“Originally, we were going to do Nureyev’s production and Nicholas Georgiadis’s. But there was a problem with costumes and sets so I asked Toer van Schayk (the brilliant Dutch choreographer, set and costume designer) to do the sets and costumes and we ended up doing a new production. We had no idea who was going to do what. The only thing Toer said he wanted to do was the pas de deux before the snowflakes. Of all the productions of Nutcracker I’ve been involved in it’s my favourite.”
He said he tends to get fed up of the music in the productions he is choreographing as he has to listen to it over and over again, but he has wide musical tastes: “I’ve made a pas de deux to Prince, four ballets with Van Ellis with original music. I love working with a composer, so you can say what you want. I love Rachmaninov; I’ve choreographed Rite of Spring; Toer and I made a ballet to The Magic Flute where we used Mozart music not from The Magic Flute but from Mozart’s entire canon.”
On Remembrance, he said, “Marie Rambert is representing women whose men went to the front; so although she’s Marie, it could be anyone. We’re using Marie and her story as a place setting and a time setting because she was in London at that time and her husband went to war and of course, didn’t die. So that makes it different from what the original Remembrance story was. Originally it was about the death, but I would have thought she’d like the idea.
“It's important to say it's not a biography, it’s about a feeling and she represents a time and place and a name that was there, but I can’t pretend to know what Marie Rambert felt, I’m just hoping to be able to show, as a choreographer, what I think the feelings would be of every woman and the community felt at the time.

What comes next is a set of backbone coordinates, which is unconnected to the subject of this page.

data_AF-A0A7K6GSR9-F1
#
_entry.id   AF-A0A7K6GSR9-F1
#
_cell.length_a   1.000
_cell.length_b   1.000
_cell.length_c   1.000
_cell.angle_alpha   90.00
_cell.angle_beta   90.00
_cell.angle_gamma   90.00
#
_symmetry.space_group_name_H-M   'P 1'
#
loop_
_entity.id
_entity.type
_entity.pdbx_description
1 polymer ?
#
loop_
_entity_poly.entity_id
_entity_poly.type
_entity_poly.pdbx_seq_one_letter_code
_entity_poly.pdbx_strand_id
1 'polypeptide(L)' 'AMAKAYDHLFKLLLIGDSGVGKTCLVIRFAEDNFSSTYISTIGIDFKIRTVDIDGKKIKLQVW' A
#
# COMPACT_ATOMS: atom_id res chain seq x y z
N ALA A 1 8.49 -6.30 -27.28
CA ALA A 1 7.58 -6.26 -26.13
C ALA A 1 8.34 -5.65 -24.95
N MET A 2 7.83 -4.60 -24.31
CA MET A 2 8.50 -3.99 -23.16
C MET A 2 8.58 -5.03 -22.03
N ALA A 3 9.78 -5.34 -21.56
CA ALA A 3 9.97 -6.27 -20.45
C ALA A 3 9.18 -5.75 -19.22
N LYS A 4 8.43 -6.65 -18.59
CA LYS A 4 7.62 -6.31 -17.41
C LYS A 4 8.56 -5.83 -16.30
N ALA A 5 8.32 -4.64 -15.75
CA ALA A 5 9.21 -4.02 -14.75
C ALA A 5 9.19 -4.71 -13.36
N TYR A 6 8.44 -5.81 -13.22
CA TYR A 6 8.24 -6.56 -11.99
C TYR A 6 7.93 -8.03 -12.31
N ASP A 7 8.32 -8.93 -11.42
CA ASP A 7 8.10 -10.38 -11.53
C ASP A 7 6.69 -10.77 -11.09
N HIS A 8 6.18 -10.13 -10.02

“Through the music, the dancing, the story and design I’m hoping that it will make people think what sacrifices people have made that allow us to live our life how we live it now and how many people sacrificed themselves and how brave people were.
“I’m not sure if our generation would have been able to do what that generation did. Just the fact of being in a trench and someone blowing a whistle and you get up and run towards machine guns. I don’t think my generation really understands the kind of bravery that took. I’m hoping they will get some nostalgic feeling of thanks.”
Remembrance, performed by New English Ballet Theatre, will be on tour in September and October 2018 in a double bill with The Four Seasons choreographed by Jenna Lee to Max Richter’s adaptation of Vivaldi’s music.